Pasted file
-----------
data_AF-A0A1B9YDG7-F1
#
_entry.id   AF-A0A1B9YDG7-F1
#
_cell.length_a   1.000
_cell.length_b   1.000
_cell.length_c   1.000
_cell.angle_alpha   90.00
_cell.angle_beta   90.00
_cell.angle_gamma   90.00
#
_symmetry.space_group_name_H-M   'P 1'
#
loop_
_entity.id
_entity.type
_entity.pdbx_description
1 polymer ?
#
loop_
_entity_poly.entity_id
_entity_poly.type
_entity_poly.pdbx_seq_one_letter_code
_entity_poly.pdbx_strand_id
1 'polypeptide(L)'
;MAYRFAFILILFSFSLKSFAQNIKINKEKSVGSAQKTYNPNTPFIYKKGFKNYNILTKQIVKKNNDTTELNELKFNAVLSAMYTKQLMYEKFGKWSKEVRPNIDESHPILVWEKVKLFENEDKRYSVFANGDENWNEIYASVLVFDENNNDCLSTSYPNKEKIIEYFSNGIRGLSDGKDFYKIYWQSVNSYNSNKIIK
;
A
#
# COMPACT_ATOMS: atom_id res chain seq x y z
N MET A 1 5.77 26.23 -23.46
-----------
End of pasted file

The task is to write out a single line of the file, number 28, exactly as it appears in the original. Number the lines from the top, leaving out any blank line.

A